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May - enroute to Abu Dhabi
Got to bed at 1.15am after attending to all and sundry. Just closed our
eyes and the alarm went of at 4.45 am for us to rise, complete any
outstanding items, take breakfast and head off to the airport.
We had a 5 hour layover in Sydney which was just enough time to have
lunch with Anna, Anton and their children. Luke and Rachelle couldn't
make it because their boys had Saturday football commitments. Matt and
Trish didn't make it because they are both visiting England at the
moment. Mike and Renee are of course back in Nambucca Heads.
We're flying with Etihad Airways to Europe via Abu Dhabi. Etihad is the
United Arab Emirates Government sponsored airline. They started flying
in and out of Sydney from late March 2007 with some irresistible opening
price deals we couldn't resist.
There's nothing good one can say about long plane flights. Suffice to
say we arrived at Abu Dhabi in the U.A.E. at midnight after a non stop
flight of just over 14 hours.
13th May - In Abu Dhabi
Surprisingly easy entry formalities. No customs or immigration forms to
fill out. Just step to a counter, present passports and receive an
instant 30 day visa stamp.
Huge consternation at the baggage carousel. Our first two bags arrived
as quick as a wink. However our 3rd bag did not arrive and gradually we
became the last folks waiting at the carousel at 1.00 am in the morning.
Furthermore a search through our documents located baggage tickets for
two bags but no ticket for the missing one. With heavy hearts we set off
to find a baggage problems office. Lo and behold when we got to the
other side of the carousel Lynn noticed about half a dozen small bags in
an orphaned pile on the floor and our missing bag was amongst them. Who
took it off the carousel and why will never be known but we were hugely
relieved to recover this bag.
The room which our son Matthew booked for us in the "Le Meridien
Abu Dhabi" is quite luxurious, super spacious and well beyond our
expectations. We weren't expecting it but we ended up with a two room
suite plus huge bathroom and a massive balcony. To give you an idea of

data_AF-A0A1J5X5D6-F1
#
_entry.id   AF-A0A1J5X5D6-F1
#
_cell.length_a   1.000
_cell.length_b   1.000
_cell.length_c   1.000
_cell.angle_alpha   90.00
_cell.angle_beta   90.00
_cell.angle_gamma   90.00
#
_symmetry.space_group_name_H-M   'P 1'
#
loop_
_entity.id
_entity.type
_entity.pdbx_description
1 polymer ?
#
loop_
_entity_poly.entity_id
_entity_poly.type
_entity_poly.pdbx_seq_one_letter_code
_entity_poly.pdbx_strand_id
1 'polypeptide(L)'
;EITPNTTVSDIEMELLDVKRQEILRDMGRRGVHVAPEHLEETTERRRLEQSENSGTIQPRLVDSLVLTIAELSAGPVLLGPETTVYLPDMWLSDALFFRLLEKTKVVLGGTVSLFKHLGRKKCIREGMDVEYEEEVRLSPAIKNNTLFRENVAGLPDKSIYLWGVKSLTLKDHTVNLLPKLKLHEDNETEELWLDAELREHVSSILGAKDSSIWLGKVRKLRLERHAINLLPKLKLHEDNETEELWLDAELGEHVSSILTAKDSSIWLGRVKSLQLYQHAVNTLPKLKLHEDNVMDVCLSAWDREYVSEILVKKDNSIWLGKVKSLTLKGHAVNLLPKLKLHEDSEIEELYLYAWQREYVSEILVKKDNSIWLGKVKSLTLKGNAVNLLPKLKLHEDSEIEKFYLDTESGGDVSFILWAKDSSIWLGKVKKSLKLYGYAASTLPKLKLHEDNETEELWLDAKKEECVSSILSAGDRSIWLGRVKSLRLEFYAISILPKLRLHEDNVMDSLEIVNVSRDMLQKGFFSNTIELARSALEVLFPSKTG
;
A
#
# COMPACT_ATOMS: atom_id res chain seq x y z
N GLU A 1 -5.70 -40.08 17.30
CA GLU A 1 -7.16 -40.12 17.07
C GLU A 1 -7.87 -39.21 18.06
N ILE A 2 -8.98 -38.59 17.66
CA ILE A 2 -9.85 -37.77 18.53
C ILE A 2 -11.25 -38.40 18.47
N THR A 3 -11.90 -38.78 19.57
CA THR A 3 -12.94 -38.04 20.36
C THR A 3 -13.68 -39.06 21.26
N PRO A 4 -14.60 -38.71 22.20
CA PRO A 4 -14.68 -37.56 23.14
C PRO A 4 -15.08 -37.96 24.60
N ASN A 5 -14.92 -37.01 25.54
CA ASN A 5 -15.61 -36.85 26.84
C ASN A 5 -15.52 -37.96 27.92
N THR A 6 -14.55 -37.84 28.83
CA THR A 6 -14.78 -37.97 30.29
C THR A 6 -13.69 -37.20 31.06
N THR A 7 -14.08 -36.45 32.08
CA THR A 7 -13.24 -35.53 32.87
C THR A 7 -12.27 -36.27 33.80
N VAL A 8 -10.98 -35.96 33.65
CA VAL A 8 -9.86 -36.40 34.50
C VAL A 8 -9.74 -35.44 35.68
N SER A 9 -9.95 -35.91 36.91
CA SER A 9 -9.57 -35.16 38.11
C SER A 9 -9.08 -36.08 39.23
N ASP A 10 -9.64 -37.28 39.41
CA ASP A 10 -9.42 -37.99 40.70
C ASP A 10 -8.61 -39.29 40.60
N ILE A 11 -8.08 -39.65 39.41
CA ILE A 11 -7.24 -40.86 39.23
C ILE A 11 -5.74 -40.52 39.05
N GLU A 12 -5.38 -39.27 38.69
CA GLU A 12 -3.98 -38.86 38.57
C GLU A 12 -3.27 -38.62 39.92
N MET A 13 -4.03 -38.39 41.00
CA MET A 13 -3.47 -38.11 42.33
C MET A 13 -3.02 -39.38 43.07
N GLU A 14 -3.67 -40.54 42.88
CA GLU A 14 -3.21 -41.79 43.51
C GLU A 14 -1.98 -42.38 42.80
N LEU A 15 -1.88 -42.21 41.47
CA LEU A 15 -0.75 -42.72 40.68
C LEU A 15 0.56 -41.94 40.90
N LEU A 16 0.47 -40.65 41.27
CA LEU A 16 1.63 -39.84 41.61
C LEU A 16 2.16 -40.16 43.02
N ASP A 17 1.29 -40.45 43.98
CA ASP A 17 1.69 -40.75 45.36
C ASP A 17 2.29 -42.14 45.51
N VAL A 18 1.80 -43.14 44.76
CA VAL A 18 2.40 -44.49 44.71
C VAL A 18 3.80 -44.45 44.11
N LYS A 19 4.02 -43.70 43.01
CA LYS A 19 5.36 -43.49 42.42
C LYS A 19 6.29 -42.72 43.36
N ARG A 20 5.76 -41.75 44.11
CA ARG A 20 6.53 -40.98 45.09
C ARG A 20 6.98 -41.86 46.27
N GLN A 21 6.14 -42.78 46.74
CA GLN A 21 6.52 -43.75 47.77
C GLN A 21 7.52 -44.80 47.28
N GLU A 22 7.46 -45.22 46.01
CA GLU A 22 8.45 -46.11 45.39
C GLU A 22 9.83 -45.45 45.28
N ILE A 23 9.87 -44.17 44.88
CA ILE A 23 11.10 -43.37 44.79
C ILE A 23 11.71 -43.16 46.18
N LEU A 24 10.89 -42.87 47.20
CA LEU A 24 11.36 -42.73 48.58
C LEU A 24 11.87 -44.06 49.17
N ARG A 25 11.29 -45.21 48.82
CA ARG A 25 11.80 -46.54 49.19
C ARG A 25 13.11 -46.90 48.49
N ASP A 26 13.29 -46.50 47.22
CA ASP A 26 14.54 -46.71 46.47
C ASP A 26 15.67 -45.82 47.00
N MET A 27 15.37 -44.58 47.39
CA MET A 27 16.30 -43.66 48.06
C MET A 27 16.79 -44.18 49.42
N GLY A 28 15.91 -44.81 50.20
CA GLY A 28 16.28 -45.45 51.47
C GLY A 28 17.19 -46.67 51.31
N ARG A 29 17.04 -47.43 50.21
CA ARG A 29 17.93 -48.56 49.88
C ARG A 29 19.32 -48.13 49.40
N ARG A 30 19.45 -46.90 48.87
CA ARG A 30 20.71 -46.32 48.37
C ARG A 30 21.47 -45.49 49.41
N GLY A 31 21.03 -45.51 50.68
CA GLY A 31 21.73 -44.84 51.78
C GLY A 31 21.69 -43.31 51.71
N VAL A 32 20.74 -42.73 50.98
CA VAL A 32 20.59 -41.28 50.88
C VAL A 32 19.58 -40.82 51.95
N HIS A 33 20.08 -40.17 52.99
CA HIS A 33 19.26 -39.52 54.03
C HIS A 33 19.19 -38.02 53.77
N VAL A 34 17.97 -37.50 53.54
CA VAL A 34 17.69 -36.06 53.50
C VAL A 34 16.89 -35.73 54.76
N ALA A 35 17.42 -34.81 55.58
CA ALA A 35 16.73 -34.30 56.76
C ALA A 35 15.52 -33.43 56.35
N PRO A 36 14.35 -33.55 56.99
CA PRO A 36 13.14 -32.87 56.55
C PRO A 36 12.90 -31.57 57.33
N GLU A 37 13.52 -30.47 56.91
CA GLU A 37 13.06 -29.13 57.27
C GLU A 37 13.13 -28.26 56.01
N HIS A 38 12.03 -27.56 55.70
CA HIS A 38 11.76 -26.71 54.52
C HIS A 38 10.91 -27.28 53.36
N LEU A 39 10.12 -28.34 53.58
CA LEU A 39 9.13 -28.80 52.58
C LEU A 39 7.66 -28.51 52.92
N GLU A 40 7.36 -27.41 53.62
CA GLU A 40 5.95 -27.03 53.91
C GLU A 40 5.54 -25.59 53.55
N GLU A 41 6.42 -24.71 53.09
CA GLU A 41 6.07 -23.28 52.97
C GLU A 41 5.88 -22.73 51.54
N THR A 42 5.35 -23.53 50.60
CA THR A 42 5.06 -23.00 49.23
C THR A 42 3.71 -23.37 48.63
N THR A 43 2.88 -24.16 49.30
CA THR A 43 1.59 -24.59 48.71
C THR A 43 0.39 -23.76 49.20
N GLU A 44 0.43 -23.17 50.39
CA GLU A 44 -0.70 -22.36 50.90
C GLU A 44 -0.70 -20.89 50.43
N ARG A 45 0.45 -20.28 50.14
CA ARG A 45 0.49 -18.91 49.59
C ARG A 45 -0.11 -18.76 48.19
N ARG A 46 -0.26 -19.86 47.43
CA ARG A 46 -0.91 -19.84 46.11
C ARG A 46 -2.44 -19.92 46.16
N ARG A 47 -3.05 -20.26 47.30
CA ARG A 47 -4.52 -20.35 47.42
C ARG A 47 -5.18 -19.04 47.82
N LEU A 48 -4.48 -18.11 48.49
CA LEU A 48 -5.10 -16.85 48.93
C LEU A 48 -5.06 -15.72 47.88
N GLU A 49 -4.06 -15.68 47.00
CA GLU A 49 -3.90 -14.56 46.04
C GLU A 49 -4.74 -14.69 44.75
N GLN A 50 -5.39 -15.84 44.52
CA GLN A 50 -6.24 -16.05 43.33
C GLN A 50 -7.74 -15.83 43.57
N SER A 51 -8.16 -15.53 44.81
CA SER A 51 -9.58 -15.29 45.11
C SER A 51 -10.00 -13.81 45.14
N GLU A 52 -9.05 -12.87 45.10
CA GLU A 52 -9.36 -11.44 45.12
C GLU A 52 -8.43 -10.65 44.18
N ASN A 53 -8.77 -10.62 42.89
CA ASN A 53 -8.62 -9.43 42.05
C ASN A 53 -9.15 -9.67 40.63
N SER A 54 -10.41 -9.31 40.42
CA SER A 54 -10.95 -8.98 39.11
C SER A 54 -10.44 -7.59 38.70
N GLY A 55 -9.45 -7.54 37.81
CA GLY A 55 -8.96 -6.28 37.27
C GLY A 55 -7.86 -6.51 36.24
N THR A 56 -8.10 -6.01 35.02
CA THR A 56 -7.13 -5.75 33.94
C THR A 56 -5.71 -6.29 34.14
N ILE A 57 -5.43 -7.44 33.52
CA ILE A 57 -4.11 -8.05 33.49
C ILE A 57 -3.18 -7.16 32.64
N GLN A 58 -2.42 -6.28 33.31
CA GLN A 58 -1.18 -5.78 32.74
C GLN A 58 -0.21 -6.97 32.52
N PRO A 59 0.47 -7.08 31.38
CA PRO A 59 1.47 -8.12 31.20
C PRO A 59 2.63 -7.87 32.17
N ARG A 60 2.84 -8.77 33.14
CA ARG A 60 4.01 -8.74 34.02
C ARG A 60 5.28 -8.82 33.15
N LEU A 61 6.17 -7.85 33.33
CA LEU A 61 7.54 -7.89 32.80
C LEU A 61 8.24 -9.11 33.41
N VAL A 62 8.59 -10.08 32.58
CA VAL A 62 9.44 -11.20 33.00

the spaciousness, the bedroom is about 12 metres by 4 metres, the living
room is the same size and the balcony is also the same size! Then the
very large bathroom has two showers, a bath and the usual bits and
If it wasn't 1.30 am we'd have felt quite regal. The first sign of our
elevated status was upon lifting the toilet lid and finding an artistic
arrangement of rose petals floating in the water. Then we noticed the
bidet was filled with crushed ice and a bottle of French champagne (no,
get over it… the bidet embellishment is a sick joke Brian just
couldn't resist ).
Photos of our suite appear hereabouts in this web page.
And so to bed at about 2.00 am and then to wake again at 7am to blazing
The newspaper predicts 42 celsius degrees temperature for today. Just as
well we won't be here in July when it often goes up to 50 degrees! The
same newspaper carried an article reporting that "Mr Fathi Sudki
Khalil Dwaikat departed for heavenly abode on 11th May 2007". It's
a destination we ourselves hope to visit on some future itinerary at
some future date yet to be confirmed.
Had a brilliant buffet breakfast in air-conditioned splendour
overlooking the pool. However, looking around the breakfast room, it's
hard to understand how so many western female visitors could be so
insensitive to Muslim customs and dress in such skimpy singlets, short
shorts and so on when visiting an Islamic nation.
We did some laundry and placed our clothes out on our balcony table
where they dried in a little over an hour. It's scorching out there so
we spend most the day in our room just recovering from our flight and
the days leading up to our departure.
We stepped outside for a walk through town at about 4.30pm. Within 400
metres Brian was gasping for breath and weak at the knees. We walked
through avenues of austere, off white concrete buildings for about 1,500
metres taking our lives in our hands at very street crossing. Nothing
really interesting but we did enter the occasional shop to browse….
more to grab a bit of air conditioning than anything else.
Abu Dhabi is a very wealthy city-state of about 900,000 people and one
of the 5 emirates that makes up the United Arab Emirates. It's a very